Apparently the tensioner on my lower timing belt died, with the possibility that the engine is now trashed, because it’s interfering. The garage says they can’t determine if the valves crashed without about $800 worth of labor to tear the engine down. (But they’ll buy it off me for $80.) Isn’t there a cheap way to find out if the valves crashed?
One of my pet peeves (I have many) is when a shop says that an engine must be diassembled to inspect for valve damage when something like this happens. Not.
Several things can be done.
Remove the valve cover or upper belt cover, set the cam lobes on No. 1 to where both valves are closed (or should be if they’re not bent), remove the No. 1 spark plug, and apply compressed air to the cylinder. Intake valves are the ones that get bent so if there’s a problem you should hear air hiss out the intake.
With the valve cover off look at the valve lash on a cylinder (No. 1 with both lobes allowing the valves to be closed for example) and note if the lash (clearance) is excessive. A bent valve will not close of course and this in turn means the lash will be excessive.
Hope that helps.
That does make a lot of sense. Thanks! I’ll be taking it up with the shop in the morning.
I can speak in defense of the shop that tells you they cant determine the exact level of damage without a teardown (but not 800.00). Yes valves will be bent but you dont know if the cylinder head is damaged beyond repair or if a piston is broken. You can bet for sure there is some damage.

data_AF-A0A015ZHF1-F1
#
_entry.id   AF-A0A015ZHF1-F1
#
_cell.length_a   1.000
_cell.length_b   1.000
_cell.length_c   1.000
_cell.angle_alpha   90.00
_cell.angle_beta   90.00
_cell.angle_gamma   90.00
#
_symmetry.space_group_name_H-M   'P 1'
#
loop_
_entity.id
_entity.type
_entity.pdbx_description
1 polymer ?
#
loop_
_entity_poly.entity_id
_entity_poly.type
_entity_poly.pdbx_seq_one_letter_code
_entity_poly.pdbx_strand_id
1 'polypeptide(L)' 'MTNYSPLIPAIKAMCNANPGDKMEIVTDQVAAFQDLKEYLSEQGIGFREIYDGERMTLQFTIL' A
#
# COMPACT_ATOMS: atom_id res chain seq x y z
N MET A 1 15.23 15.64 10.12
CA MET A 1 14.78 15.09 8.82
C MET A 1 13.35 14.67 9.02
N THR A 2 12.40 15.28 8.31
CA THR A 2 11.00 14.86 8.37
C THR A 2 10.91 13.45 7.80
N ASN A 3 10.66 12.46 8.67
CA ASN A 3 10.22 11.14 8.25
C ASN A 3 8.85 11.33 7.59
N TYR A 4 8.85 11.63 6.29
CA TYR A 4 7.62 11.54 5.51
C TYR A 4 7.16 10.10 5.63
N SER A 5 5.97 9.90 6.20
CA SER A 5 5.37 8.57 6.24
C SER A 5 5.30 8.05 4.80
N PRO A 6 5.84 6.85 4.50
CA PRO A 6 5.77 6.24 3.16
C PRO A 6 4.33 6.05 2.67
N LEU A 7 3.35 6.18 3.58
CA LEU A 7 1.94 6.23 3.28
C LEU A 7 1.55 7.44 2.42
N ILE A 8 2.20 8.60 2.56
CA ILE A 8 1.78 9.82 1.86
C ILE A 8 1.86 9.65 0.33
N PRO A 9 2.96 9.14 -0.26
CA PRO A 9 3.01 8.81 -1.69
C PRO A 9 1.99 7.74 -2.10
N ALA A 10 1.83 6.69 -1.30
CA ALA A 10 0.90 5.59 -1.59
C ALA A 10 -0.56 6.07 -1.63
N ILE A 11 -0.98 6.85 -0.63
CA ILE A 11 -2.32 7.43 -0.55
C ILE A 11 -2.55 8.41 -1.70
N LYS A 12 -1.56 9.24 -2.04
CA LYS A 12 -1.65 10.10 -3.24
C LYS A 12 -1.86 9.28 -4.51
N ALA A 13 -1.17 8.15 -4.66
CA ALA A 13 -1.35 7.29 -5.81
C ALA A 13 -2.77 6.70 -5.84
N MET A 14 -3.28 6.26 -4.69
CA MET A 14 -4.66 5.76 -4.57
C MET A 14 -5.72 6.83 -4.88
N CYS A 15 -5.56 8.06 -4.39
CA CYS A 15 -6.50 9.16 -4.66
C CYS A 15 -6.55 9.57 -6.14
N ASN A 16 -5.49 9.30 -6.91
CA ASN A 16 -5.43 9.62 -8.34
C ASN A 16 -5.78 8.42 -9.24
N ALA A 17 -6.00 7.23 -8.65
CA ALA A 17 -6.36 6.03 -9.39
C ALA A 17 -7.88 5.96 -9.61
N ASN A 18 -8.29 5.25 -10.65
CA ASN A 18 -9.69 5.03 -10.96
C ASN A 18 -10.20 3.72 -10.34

Replace the belt and tensioner and try to turn the engine over by hand. If that goes OK, try to start it…If that goes OK, run a compression test.
Granted, a complete analysis could not be done without at least a partial teardown but the way I read this is that they’re wanting 800 bucks to simply determine if the valves whacked the pistons.
This can be easily determined with very little tear down of anything. If it’s then determined that valve damage exists then it’s decision time as to whether to spend some fairly serious money on the car or not; all without running up a bill just to be told that it’s junk.
Just wondering if the car in question is a free-wheeler that they’re offering 80 bucks for…
Where is this $80 car? I might be interested…
I’m also curious what kind of car this is. Lower timing belt? Huh?
If they are unwilling to test the engine in the manner suggested by our friend from Oklahoma, find another shop ASAP.
Ok, first of all, I mis-spoke: Timing chain. Second, it’s a 2002 Chevy Tracker, 4 cylinder, 4wd, with about 100,000 Michigan miles on it. Lost a bit of power pulling into a grocery store parking lot, starter just spun when I came out.
Why don’t you consider the problem is with the starter? Timing chain events are more than a loss of a little power.